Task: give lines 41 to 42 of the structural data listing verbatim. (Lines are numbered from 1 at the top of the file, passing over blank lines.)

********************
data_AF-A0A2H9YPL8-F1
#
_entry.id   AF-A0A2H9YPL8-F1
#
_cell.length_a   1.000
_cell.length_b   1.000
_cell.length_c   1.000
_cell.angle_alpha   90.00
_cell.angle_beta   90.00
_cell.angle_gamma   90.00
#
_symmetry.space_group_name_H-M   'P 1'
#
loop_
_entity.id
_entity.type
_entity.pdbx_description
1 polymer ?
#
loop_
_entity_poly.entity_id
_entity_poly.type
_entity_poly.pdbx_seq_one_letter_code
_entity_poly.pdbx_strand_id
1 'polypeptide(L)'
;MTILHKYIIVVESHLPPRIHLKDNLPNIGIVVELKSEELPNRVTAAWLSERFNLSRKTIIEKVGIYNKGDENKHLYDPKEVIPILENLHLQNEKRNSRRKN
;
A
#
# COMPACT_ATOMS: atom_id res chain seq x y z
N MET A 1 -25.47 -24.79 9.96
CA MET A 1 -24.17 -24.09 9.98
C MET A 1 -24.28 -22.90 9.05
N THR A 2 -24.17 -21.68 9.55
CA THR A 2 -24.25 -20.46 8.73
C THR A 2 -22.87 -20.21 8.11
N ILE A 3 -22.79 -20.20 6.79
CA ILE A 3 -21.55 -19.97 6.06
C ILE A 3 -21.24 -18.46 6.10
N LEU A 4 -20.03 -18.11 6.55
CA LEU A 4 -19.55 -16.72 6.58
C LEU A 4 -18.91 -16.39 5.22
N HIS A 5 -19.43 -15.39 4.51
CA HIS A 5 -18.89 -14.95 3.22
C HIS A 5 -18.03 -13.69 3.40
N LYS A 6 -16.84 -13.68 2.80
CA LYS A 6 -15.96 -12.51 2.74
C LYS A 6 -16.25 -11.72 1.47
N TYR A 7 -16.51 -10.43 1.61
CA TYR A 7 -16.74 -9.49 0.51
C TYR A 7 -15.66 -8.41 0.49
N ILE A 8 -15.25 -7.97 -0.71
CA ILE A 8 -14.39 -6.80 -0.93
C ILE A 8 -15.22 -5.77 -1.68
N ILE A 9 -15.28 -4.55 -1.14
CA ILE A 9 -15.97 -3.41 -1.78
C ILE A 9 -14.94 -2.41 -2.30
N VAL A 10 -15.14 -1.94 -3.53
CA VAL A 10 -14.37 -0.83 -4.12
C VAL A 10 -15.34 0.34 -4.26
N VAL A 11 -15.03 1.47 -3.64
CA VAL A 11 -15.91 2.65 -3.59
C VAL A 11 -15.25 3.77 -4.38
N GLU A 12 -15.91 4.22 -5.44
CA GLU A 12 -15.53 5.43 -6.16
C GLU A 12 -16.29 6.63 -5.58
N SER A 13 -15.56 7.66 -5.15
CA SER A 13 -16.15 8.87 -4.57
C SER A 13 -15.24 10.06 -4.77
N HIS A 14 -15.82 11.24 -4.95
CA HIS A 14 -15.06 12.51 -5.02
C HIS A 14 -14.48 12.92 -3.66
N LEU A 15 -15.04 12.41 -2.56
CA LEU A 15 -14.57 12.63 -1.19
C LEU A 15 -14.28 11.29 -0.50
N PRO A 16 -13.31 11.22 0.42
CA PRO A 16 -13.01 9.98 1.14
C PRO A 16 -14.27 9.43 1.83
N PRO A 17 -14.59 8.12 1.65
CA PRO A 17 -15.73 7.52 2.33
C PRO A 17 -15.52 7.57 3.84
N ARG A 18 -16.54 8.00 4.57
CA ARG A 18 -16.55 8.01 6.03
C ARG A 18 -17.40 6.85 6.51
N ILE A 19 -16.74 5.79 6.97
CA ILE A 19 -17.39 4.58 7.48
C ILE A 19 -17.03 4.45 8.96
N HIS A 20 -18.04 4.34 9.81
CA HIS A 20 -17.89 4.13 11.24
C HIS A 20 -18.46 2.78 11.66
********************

CA LEU A 4 -19.55 -16.72 6.58
C LEU A 4 -18.91 -16.39 5.22